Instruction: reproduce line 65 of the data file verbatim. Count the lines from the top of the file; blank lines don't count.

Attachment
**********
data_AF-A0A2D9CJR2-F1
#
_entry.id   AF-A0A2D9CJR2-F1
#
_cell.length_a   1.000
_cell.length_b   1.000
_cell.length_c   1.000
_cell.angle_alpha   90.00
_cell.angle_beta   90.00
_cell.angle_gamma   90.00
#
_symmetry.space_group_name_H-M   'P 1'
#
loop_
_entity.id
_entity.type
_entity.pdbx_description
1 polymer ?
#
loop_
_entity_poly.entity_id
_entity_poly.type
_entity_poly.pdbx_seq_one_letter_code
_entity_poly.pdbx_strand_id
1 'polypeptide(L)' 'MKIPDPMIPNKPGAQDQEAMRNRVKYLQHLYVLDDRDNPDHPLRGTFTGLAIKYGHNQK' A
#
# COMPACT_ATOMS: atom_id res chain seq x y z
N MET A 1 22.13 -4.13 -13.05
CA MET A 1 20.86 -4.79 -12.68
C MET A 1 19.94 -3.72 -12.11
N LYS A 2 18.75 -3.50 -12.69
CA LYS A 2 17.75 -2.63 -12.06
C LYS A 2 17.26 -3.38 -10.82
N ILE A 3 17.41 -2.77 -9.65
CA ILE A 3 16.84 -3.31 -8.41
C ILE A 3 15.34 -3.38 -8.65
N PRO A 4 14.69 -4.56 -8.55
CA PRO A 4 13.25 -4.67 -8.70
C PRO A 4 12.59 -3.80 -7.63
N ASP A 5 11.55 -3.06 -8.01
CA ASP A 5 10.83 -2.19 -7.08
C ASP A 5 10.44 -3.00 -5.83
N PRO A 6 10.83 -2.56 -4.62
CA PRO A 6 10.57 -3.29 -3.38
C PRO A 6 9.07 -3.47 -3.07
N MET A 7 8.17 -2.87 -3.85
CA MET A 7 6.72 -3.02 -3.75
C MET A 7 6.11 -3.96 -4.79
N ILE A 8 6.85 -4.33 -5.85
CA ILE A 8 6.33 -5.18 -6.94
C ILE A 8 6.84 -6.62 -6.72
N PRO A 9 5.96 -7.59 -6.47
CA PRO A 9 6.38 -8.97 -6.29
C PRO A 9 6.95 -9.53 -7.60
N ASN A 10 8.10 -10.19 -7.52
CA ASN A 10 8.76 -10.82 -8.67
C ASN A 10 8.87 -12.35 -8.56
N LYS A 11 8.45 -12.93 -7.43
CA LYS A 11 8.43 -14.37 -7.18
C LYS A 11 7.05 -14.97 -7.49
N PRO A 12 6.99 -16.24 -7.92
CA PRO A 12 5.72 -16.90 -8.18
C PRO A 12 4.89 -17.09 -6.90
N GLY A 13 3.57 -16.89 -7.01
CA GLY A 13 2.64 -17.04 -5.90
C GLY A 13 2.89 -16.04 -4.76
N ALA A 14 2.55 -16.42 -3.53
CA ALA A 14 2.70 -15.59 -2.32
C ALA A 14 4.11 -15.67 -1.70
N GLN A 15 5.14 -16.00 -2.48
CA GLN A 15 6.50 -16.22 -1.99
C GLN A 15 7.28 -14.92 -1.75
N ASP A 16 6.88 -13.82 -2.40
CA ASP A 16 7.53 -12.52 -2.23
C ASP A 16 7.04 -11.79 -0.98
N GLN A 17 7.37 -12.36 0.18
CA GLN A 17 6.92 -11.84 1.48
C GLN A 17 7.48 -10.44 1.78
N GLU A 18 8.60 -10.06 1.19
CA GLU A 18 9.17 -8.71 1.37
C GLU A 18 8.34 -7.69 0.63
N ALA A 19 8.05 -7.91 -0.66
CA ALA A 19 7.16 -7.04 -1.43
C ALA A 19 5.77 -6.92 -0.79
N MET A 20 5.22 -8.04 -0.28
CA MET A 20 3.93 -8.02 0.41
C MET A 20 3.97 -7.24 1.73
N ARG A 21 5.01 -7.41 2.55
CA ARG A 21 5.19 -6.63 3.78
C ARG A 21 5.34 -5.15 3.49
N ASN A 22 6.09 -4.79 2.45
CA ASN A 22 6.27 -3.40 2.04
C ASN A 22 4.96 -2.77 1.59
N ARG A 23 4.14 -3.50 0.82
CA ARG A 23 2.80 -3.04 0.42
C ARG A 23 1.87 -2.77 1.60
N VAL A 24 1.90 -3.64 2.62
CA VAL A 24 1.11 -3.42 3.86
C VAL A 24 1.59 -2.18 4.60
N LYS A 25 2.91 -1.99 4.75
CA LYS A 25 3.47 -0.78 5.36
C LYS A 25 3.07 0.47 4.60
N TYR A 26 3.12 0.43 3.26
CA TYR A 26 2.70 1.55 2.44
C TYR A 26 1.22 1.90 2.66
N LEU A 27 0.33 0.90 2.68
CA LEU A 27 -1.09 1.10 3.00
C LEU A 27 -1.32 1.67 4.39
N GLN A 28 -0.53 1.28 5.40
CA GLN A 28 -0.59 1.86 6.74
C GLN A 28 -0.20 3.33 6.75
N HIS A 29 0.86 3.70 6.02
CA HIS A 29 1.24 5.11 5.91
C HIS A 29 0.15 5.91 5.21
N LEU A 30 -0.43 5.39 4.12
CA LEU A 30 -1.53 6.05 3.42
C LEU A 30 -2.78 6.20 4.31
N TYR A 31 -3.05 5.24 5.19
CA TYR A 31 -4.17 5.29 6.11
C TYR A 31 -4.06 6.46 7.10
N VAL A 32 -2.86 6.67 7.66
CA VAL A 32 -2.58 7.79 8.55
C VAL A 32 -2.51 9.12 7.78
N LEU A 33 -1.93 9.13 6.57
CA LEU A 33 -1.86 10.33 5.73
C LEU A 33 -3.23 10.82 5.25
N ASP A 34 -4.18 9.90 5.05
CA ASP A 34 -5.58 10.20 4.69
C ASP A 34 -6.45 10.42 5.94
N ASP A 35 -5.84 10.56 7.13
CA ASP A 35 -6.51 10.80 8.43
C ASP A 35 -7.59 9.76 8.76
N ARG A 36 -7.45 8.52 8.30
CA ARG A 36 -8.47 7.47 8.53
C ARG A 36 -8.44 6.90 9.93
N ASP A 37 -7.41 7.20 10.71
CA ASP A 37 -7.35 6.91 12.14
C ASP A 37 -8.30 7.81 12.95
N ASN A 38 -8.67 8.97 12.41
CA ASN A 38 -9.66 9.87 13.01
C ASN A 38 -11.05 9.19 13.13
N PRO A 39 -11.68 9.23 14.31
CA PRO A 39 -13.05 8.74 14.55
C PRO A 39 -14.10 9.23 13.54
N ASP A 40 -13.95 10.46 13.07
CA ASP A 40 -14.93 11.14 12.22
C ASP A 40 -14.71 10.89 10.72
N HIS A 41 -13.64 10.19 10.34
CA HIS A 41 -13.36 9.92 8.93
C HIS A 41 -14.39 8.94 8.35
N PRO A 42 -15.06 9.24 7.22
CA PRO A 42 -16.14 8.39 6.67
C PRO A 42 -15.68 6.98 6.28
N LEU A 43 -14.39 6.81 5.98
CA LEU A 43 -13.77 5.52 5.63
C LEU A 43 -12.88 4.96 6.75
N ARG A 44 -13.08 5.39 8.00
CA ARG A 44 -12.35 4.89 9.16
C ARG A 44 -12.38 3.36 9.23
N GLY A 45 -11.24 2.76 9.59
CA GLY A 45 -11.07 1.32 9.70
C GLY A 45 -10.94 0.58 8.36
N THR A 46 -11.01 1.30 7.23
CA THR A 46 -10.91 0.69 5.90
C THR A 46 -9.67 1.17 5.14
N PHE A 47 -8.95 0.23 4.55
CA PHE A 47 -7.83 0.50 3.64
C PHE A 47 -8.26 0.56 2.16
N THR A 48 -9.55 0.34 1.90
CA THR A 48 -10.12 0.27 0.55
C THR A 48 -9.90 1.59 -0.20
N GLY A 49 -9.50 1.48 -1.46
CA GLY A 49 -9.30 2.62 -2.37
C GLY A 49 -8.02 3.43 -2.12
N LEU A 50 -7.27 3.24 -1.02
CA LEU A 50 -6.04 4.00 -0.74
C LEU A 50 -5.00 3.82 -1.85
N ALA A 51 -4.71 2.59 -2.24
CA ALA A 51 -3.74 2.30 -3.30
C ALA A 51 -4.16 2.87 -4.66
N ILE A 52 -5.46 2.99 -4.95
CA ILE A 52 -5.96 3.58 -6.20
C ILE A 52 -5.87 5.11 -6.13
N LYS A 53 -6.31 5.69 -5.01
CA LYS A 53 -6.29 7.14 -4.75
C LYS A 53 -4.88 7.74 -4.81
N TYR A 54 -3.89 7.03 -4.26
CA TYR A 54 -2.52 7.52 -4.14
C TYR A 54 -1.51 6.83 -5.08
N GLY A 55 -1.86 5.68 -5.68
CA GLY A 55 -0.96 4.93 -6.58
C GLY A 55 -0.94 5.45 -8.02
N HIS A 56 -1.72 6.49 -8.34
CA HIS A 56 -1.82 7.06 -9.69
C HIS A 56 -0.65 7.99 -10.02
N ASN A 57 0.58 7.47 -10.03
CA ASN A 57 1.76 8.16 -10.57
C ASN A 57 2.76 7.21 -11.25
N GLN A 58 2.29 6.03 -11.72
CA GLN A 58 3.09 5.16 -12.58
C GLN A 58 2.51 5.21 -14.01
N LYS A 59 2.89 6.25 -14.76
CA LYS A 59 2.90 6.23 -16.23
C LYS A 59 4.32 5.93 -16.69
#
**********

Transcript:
CA GLY A 13 2.64 -17.04 -5.90